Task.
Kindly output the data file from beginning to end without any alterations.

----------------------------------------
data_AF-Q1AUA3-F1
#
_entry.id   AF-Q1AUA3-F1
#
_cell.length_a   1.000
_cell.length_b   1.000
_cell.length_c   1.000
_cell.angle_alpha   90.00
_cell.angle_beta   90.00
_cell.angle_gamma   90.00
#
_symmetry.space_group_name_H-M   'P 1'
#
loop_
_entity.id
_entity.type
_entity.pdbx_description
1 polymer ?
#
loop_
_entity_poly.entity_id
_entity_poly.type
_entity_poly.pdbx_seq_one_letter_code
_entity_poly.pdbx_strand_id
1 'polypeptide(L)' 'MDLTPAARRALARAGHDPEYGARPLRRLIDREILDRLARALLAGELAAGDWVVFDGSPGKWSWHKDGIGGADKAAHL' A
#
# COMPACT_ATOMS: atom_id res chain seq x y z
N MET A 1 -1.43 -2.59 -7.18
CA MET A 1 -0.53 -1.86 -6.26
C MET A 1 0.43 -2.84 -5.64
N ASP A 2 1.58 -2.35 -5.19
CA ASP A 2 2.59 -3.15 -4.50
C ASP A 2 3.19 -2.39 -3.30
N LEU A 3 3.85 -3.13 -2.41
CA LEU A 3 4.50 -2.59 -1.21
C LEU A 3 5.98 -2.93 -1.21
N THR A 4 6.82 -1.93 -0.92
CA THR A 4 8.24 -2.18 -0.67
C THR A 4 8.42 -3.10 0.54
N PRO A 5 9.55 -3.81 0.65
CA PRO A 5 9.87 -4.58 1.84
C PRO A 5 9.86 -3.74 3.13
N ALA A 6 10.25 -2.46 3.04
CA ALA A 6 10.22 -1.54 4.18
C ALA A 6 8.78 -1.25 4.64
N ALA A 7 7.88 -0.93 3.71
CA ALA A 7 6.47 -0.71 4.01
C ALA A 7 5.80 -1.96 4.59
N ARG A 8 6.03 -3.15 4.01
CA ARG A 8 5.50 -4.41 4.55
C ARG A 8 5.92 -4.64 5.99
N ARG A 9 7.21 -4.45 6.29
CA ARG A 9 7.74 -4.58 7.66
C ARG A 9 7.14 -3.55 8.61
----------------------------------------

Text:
data_AF-Q1AUA3-F1
#
_entry.id   AF-Q1AUA3-F1
#
_cell.length_a   1.000
_cell.length_b   1.000
_cell.length_c   1.000
_cell.angle_alpha   90.00
_cell.angle_beta   90.00
_cell.angle_gamma   90.00
#
_symmetry.space_group_name_H-M   'P 1'
#
loop_
_entity.id
_entity.type
_entity.pdbx_description
1 polymer ?
#
loop_
_entity_poly.entity_id
_entity_poly.type
_entity_poly.pdbx_seq_one_letter_code
_entity_poly.pdbx_strand_id
1 'polypeptide(L)' 'MDLTPAARRALARAGHDPEYGARPLRRLIDREILDRLARALLAGELAAGDWVVFDGSPGKWSWHKDGIGGADKAAHL' A
#
# COMPACT_ATOMS: atom_id res chain seq x y z
N MET A 1 -1.43 -2.59 -7.18
CA MET A 1 -0.53 -1.86 -6.26
C MET A 1 0.43 -2.84 -5.64
N ASP A 2 1.58 -2.35 -5.19
CA ASP A 2 2.59 -3.15 -4.50
C ASP A 2 3.19 -2.39 -3.30
N LEU A 3 3.85 -3.13 -2.41
CA LEU A 3 4.50 -2.59 -1.21
C LEU A 3 5.98 -2.93 -1.21
N THR A 4 6.82 -1.93 -0.92
CA THR A 4 8.24 -2.18 -0.67
C THR A 4 8.42 -3.10 0.54
N PRO A 5 9.55 -3.81 0.65
CA PRO A 5 9.87 -4.58 1.84
C PRO A 5 9.86 -3.74 3.13
N ALA A 6 10.25 -2.46 3.04
CA ALA A 6 10.22 -1.54 4.18
C ALA A 6 8.78 -1.25 4.64
N ALA A 7 7.88 -0.93 3.71
CA ALA A 7 6.47 -0.71 4.01
C ALA A 7 5.80 -1.96 4.59
N ARG A 8 6.03 -3.15 4.01
CA ARG A 8 5.50 -4.41 4.55
C ARG A 8 5.92 -4.64 5.99
N ARG A 9 7.21 -4.45 6.29
CA ARG A 9 7.74 -4.58 7.66
C ARG A 9 7.14 -3.55 8.61